Main Cast: Daniel Radcliffe, Juno Temple

Director: Alexandre Aja

Jared Leto by James Ackerly

Pity he can’t tap dance, he would have made a beautiful Nazi.

Chateau Maine continues to be an absolute hot bed of activity as I and my entourage continue to make headway on our marvelous musical Spielberg mash-up.  Everywhere I turn the sounds of music and dance fill the air as we create marvelous numbers to entertain the masses at malls all over America.  Of course, we have no finished script but that should never stand in the way of the amazing musical numbers we’re busy creating.  Any plot holes we come across can be easily fixed in the editing room and with some CGI in post-production.  Madame Mimi, my vocal therapist, has been working night and day with me to stretch my upper register (the E flat above high C is nearly there) so my character of Flo Idaho, Indiana Jones’ better half, can really belt out the big number as they rescue the ark of the covenant from the Nazis, spiriting it away on the Amistad.

We’re really in need of a young good looking burlesque comic with impeccable tap skills and a Broadway bari-ten for Amon Goeth, the head Nazi.  Lulu Pigg, my tap therapist, and Mr. Carl, my choreographer, have had round after round of auditions without much success.  I thought we had a winner in Jared Leto, but he could not do the triple time step combination with any sort of finesse.  We’re looking at Chris Pine and Chris Pratt tomorrow.  The scene where Amon and Flo tango with each other, slowly heading into a tap off while Indiana is busy opening the ark, is going to be an absolute masterpiece.  We are still having some difficulties casting Indiana as well.  Harrison Ford is a dear but he’s a little long in the tooth for anything other than Indiana Jones and the Bottle of Geritol and pairing him with me might make the viewing audience think I was something other than my eternally youthful 39 years.  I was hoping for Joaquin Phoenix but he has scheduling conflicts.  The studio is pushing for Peter Dinklage but he might make me look a little tall and I find it difficult to dance in flats.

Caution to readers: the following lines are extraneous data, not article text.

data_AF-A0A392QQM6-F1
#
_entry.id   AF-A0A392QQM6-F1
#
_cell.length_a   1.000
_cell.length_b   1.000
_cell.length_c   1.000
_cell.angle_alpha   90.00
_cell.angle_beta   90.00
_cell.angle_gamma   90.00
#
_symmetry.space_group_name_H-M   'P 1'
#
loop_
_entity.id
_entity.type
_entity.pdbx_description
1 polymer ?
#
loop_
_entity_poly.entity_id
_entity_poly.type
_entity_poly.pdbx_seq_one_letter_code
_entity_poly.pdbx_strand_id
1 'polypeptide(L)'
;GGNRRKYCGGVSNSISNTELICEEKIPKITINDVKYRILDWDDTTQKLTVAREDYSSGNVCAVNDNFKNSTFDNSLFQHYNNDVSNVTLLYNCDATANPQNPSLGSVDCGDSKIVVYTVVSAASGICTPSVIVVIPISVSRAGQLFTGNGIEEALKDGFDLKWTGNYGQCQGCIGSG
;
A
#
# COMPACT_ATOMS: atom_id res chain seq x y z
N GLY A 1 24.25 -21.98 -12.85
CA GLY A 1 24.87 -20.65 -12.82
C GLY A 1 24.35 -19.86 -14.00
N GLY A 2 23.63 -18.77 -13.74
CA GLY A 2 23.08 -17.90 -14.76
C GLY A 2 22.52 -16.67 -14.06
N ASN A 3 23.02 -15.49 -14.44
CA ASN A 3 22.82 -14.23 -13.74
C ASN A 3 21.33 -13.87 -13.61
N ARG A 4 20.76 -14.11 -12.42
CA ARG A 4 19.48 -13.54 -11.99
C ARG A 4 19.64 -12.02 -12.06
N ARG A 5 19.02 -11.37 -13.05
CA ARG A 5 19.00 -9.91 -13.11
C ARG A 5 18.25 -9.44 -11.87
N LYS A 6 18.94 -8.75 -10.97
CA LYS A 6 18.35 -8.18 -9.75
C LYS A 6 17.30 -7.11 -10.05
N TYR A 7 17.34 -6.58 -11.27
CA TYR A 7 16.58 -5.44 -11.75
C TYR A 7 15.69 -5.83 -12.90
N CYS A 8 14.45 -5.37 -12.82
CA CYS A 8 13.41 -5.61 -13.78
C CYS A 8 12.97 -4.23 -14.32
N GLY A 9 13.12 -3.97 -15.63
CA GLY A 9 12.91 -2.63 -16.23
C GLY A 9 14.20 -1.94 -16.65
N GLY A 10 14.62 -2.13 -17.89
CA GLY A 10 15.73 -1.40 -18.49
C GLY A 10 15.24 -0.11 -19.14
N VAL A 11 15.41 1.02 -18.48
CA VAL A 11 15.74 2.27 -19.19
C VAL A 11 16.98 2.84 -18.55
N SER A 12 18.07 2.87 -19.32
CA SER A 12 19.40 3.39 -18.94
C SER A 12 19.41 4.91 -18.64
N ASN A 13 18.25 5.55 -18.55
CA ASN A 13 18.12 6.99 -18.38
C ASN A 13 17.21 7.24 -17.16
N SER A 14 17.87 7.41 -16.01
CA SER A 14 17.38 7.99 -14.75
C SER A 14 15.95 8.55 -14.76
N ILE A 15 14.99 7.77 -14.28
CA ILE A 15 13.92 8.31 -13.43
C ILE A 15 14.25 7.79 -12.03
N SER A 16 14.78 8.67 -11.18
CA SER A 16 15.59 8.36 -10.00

Normy has been so busy in his composing studio the last few weeks working on some splendid new arrangements on the theme from Close Encounters for the latter part of the movie that I have simply had to entertain myself.  Therefore, I crept down to the home theater late last night with a pint of Haagen-Dazs to find a little divertissement.  Flipping through the Netflix selections, I ran across Horns, a film from last year that had a lot of pre-release publicity, mostly around star Daniel Radcliffe’s somewhat explicit sex scene, but which was dumped in theaters with little fanfare and sank like a stone.  Having been a fan of young Mr. Radcliffe’s since his prepubescent Harry Potter days, I thought I would give it a look.  I am sorry to report that the studio was wise to cut their losses and dump it, hoping for it to generate a few dollars in the pay per view and DVD markets.